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Psychiatric News
Volume 43 Number 10 page 8-8
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Javier Escobar, M.D., is a founder of a consortium of researchers that convenes an annual meeting on critical issues in Latino mental health. 

Photo courtesy of Javier Escobar

The bird's-eye view of things is a luxury few people enjoy.

But some, like psychiatrist Javier Escobar, M.D., are able—because of birth and acculturation and experience and training—to see the global contours of things.

From his birth in Medellin, Colombia, and his medical training there at the University of Antioquia, to his early training in psychiatry in Spain, where he was first influenced by psychoanalysis and a wide reading of classic European psychiatric texts, and later to his rise in the American academic community as an expert on psychopharmacology, psychiatric epidemiology, cross-cultural psychiatry, and global health—Escobar has compiled an eclectic record of experience and achievement. This experience has made him a leader in understanding how psychiatric illness transcends boundaries and borders, racial and ethnic categories.

Today, he is associate dean for global health at the University of Medicine and Dentistry of New Jersey (UMDNJ) Robert Wood Johnson Medical School.

Escobar is also a founder of a consortium of researchers interested in mentoring young scientists dedicated to studying mental health issues in Latino communities. That group convenes an annual meeting on critical issues in Latino mental health, the sixth of which took place in March in Santa Fe, N.M., on the theme "Treatment of Latinos With Mental Disorders: Conceptual and Empirical Approaches."

Annelle Primm, M.D., M.P.H., director of APA's Office of Minority and National Affairs, called Escobar a leader in the field of psychiatric research in diverse populations and cited his mentorship of young researchers as a contribution that will endure beyond his time.

"The annual conference he organizes attracts some of the best and brightest of young people interested in careers in mental health and substance abuse research," Primm told Psychiatric News. "The nurturing, coaching, and enrichment that Dr. Escobar and his colleagues from various mental health professional disciplines provide to the mentees at the conferences and in between are priceless. This ensures a steady supply in the development pipeline of Latino mental health and substance abuse researchers, who receive sustained guidance over time.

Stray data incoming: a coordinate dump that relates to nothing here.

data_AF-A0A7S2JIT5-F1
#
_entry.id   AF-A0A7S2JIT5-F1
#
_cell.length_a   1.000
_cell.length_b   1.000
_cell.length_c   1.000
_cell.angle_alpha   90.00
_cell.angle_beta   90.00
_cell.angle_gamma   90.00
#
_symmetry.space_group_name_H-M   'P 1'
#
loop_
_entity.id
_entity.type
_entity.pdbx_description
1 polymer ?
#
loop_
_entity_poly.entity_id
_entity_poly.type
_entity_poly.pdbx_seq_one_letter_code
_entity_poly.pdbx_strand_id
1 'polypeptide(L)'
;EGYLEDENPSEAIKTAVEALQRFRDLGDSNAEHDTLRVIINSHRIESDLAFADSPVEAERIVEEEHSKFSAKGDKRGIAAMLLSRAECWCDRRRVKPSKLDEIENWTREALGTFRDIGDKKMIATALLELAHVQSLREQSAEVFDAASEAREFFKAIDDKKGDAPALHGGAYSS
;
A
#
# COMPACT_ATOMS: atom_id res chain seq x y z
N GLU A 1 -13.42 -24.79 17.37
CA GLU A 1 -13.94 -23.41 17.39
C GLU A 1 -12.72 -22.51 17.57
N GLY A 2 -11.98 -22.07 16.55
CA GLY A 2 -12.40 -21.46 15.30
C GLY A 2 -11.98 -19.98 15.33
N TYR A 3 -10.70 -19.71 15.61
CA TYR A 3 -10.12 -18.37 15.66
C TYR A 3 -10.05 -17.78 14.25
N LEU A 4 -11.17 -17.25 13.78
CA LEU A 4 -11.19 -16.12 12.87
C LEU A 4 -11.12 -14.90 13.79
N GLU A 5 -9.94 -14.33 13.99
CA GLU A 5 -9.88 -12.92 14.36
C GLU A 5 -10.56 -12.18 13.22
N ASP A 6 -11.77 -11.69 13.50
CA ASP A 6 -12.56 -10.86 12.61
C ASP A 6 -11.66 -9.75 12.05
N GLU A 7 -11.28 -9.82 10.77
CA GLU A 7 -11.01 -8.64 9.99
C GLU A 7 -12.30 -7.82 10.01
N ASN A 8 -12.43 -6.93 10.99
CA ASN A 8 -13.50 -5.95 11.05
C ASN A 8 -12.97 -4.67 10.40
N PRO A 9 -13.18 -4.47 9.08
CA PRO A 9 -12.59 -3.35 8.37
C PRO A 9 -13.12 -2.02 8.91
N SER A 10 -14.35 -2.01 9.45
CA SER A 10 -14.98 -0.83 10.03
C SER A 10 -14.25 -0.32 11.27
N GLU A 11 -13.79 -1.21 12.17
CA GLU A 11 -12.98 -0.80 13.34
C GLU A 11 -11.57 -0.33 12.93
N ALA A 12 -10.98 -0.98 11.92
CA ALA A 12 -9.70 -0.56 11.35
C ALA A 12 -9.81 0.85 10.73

"Ultimately, these investments will yield a greater supply of Latino researchers, which will contribute to better quality mental health and substance abuse care for Latino populations."


He was christened Javier Ignacio Escobar, after Francis Xavier and Ignatius of Loyola—the first an early Jesuit missionary, the second the founder of the Jesuits, renowned for their scholarly dedication.

His origins in Medellin, the capital of Antioquia, a district of Colombia, may have presaged his interest in the mingling and influence of diverse cultures. Genetic studies appear to have confirmed local legend that the region has inherited not only Spanish but Sephardic influences left by Jews who left Spain following their expulsion in 1492.

Escobar attended medical school at the University of Antioquia, where he spent six years and an internship year at a hospital doing compulsory service in a rural town outside of Medellin. "I delivered countless babies and performed an estimated 40 Caesarian sections," he said.

Following graduation, he moved with his wife to Spain, where he studied psychiatry under Juan Lopez-Ibor, M.D., well known for his pioneering work in understanding anxiety as a biological disorder and in psychosomatic medicine.

With European institutions still operating according to a German model of teaching and learning, Escobar recalled the experience largely as one of deference to the legendary Lopez-Ibor. "We participated in lectures and saw a few patients, but we were mainly there to be in the shadow of the big professor," Escobar said.

But it was also there that Escobar was exposed to the classics of European psychiatry, including writings by Sigmund Freud, Karl Jaspers, and Kurt Snyder. "That experience really gave me the basis of classical psychopathology that Europeans had been developing for centuries," Escobar said. "Today all our North American students are reading is the DSM and DSM-related publications."

A member of the task force developing the DSM-V, Escobar says reincorporation of some of that more traditional understanding of psychopathology would be good for the field. "If we want to redefine some of the diagnoses, we need to invoke a little bit of that old history," he told Psychiatric News.


Later, Escobar moved to the United States, where he earned a master's degree in psychiatry/medical genetics in 1973 from the University of Minnesota.